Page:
But of course: even the Sunday service is nothing but a substitute for something that the churchgoers have long given up. Praying and singing is a good thing. But the songs and prayers lack the real experience in advance. If we experience nothing awakening from a secure civilization, why should we come collectively together? The man himself who had been on the way as a pilgrim in order to have had trouble, hunger and thirst, will rather feel like a singer. As someone who, through the ritual of reflection and return, has to communicate something that is of substance. But how can we find a common ministry useful if from morning till night we don't really take control of the shaping of our lives? No, I better should say: To let go of control.
What is wild to us?
In the film "Wild" the leading actress and producer Reese Witherspoon says about her role:
By far, this is the hardest movie I've ever made in my life. I didn't hike a thousand miles, of course, but it was a different kind of physical rigor. I'd run up a hill with a 45-pound backpack on, and they'd say, 'Wait, that backpack doesn't look heavy enough. Put this 65-pound backpack on and run up the hill nine or ten times." We literally didn't stop shooting in those remote locations—we wouldn't break for lunch, we'd just eat snacks. No bathroom breaks. It was crazy, but it was so wonderful. It was complete immersion, and I've never felt closer to a crew. We literally pulled each other up the mountains and carried each others' equipment.
She talks of "complete immersion".
This full immersion, the close-up physical experience, is what we are looking for.
"Wild" is a good film that shows how broken we can be and what can help us to heal. Only a few have the courage to venture into the wild. I have long failed to see what this could bring me except painful bones, torn skin, a troublesome plague in a world where exposing oneself to it seems completely unfounded. Why do we want to make a pilgrimage? To experience an adventure and then to tell at home how exciting it was? Basically it can hardly be put into words. And it is also not necessary to do this excessively.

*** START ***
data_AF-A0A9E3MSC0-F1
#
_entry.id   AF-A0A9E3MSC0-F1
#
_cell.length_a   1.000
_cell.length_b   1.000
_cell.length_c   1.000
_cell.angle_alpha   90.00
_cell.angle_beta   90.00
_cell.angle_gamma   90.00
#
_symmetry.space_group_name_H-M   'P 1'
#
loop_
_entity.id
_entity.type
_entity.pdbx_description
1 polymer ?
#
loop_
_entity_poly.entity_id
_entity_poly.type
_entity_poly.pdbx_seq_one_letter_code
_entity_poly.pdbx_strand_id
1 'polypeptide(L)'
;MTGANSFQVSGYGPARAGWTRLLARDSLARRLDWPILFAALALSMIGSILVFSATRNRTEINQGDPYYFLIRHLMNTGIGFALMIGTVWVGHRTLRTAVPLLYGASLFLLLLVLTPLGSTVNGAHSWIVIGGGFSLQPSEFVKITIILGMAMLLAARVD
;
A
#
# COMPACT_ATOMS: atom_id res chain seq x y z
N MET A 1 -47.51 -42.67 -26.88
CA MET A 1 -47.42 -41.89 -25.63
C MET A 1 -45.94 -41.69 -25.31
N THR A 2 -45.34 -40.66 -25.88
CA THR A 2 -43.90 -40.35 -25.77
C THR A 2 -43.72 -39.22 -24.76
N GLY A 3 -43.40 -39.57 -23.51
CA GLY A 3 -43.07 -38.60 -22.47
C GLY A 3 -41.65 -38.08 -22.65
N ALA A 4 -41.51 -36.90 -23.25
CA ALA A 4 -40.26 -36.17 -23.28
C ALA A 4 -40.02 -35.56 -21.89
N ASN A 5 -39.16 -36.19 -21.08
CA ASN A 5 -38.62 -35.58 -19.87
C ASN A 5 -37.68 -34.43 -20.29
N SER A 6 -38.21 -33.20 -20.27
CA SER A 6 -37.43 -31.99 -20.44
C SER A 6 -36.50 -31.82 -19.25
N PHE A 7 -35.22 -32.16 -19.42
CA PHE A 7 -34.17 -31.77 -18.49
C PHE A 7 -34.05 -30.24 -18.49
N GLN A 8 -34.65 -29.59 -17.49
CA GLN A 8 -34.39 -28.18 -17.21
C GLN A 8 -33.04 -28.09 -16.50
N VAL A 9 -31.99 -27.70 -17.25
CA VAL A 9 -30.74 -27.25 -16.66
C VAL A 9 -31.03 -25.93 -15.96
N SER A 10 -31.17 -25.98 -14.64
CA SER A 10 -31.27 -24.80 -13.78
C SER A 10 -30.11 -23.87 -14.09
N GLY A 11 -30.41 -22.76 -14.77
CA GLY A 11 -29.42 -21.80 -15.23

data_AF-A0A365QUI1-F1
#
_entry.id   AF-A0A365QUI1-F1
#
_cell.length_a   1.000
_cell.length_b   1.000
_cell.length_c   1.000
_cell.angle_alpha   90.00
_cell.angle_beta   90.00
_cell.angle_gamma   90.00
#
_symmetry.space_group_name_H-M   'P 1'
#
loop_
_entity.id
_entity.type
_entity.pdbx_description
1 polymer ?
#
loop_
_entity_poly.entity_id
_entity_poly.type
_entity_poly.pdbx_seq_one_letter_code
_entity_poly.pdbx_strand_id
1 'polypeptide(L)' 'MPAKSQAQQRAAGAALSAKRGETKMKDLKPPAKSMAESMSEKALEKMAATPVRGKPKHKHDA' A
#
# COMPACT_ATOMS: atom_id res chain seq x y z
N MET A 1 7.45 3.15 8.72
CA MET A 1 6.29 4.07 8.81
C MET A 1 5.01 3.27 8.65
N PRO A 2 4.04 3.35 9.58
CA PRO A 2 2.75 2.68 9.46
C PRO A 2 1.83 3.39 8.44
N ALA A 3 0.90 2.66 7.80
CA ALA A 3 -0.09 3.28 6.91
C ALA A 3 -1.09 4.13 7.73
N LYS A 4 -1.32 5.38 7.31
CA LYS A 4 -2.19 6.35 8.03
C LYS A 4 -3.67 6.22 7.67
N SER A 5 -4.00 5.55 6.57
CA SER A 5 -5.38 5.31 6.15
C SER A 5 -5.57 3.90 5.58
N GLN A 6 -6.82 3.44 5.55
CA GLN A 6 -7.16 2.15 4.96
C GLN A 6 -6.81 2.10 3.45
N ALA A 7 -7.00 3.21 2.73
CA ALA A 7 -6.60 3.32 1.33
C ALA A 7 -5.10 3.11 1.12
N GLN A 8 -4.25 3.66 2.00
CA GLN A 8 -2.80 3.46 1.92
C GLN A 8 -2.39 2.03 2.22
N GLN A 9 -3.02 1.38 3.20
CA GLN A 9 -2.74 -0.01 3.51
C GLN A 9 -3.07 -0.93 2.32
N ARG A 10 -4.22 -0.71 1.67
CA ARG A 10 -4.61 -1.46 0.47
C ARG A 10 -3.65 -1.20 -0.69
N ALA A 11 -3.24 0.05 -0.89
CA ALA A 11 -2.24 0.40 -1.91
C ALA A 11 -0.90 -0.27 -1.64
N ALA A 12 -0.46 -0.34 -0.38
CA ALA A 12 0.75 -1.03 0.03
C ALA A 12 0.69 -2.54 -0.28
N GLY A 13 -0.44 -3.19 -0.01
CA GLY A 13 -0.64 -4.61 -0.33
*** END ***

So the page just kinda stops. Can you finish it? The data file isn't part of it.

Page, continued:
Nothing can prepare you for the fear and panic that we stand alone out there at night in the dark. It is one of the greatest trials a person can face. Not knowing whether it will have a good or a bad end is the reason for such a journey.
People have changed when they return. What they bring with them and shine lies in them, has gone into their flesh and blood. You can see it in their eyes. Something is different, something was not there before.
Even the three weeks in which my son went on a scout trip brought him back changed. All of a sudden he seemed leaner, emaciated, was filthy and exhausted. And yet he radiated for a short time and made a completely self-satisfied impression. Three weeks without any mobile phone or media on cobbler's rap through a foreign country. It's not the biggest of all courageous rehearsals, but it's something I wouldn't want to deny him under any circumstances.
What's all this for? To mature, of course. It makes people more responsible people. They gain in self-worth. All who know their own value are better companions, brothers, sisters, parents and grandparents. Better friends and colleagues. If people have had a life-changing experience, the chances are much better that they will love and be loved. This is still not a real guarantee. But a start.